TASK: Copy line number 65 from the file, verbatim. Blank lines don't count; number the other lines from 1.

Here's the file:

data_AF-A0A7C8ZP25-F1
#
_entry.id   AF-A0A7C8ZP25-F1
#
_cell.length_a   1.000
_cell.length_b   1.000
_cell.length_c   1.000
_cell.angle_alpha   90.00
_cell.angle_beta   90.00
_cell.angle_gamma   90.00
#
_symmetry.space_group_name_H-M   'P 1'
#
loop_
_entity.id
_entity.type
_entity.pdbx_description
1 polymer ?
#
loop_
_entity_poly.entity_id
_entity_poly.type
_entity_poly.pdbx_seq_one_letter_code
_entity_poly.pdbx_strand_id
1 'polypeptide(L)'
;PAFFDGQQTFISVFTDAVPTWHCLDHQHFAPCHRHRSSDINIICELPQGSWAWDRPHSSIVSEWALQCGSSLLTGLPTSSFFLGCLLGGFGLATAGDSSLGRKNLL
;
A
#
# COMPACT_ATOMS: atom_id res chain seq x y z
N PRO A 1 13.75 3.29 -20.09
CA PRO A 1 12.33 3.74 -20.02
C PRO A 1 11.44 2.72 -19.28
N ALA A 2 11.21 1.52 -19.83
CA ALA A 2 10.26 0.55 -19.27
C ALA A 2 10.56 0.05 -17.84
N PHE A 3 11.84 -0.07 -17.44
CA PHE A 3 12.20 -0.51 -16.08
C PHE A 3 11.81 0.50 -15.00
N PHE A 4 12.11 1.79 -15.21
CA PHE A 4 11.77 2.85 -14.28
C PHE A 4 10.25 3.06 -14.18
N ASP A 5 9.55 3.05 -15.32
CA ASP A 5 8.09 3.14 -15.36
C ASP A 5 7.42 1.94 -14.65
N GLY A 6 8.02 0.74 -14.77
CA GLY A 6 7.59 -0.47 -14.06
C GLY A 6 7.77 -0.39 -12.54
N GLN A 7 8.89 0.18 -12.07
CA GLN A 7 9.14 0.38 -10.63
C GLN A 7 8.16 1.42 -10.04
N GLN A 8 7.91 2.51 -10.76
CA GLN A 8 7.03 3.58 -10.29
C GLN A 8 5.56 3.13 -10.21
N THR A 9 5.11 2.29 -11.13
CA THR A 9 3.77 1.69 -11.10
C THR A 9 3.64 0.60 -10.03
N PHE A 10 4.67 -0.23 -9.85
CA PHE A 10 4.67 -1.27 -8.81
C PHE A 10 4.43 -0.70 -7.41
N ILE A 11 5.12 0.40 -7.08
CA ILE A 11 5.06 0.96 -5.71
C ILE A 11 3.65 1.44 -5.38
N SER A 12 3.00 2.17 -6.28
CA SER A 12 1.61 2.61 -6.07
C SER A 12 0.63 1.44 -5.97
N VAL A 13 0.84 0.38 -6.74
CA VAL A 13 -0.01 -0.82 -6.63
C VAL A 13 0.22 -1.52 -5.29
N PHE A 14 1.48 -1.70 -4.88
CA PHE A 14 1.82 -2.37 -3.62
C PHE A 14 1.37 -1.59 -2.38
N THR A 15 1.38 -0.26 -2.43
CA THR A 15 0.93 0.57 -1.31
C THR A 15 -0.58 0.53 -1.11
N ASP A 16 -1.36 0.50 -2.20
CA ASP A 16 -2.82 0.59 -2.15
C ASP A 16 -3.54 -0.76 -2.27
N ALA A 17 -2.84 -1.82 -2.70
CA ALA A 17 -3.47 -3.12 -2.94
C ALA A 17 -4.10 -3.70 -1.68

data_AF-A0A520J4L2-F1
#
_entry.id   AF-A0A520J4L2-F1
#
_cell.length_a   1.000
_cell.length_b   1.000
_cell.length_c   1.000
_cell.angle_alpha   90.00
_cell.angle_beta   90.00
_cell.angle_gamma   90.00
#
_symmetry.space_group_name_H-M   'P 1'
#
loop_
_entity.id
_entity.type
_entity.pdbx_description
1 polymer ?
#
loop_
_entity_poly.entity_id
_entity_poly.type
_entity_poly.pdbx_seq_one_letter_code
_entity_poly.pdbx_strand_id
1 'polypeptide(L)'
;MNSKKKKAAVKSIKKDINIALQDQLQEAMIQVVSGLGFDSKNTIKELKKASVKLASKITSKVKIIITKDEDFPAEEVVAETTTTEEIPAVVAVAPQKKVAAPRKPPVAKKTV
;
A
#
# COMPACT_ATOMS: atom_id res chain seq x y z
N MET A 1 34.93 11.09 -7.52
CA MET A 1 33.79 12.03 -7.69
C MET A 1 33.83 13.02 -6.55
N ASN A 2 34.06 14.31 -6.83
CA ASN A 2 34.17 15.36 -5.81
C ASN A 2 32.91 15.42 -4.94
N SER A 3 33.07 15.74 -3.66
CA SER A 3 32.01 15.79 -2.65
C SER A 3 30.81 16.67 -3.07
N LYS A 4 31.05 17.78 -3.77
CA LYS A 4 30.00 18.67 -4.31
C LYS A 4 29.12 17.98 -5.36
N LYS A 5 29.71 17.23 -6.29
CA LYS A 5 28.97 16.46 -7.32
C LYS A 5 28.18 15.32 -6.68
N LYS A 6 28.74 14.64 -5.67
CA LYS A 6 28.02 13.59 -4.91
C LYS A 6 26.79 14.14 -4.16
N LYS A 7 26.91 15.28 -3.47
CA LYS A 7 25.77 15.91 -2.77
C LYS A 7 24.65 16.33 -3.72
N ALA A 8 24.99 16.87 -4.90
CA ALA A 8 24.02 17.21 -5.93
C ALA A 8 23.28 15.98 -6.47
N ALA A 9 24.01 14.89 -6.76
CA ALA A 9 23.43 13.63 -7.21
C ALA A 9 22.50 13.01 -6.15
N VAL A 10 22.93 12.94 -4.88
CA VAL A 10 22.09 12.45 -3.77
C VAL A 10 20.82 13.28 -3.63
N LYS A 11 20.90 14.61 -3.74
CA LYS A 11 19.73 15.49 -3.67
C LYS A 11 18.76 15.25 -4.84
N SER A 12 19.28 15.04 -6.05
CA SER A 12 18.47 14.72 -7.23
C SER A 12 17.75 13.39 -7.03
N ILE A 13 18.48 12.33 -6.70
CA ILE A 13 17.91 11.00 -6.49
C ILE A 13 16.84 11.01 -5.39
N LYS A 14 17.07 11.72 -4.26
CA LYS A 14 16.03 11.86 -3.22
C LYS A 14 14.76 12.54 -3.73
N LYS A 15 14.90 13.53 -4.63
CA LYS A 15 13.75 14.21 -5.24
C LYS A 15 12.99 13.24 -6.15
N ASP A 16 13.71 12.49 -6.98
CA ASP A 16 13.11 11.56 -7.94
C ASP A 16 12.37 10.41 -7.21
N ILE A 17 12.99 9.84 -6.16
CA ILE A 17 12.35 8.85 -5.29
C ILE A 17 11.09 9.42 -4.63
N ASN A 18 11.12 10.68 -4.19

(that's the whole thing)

CA SER A 12 1.61 2.61 -6.07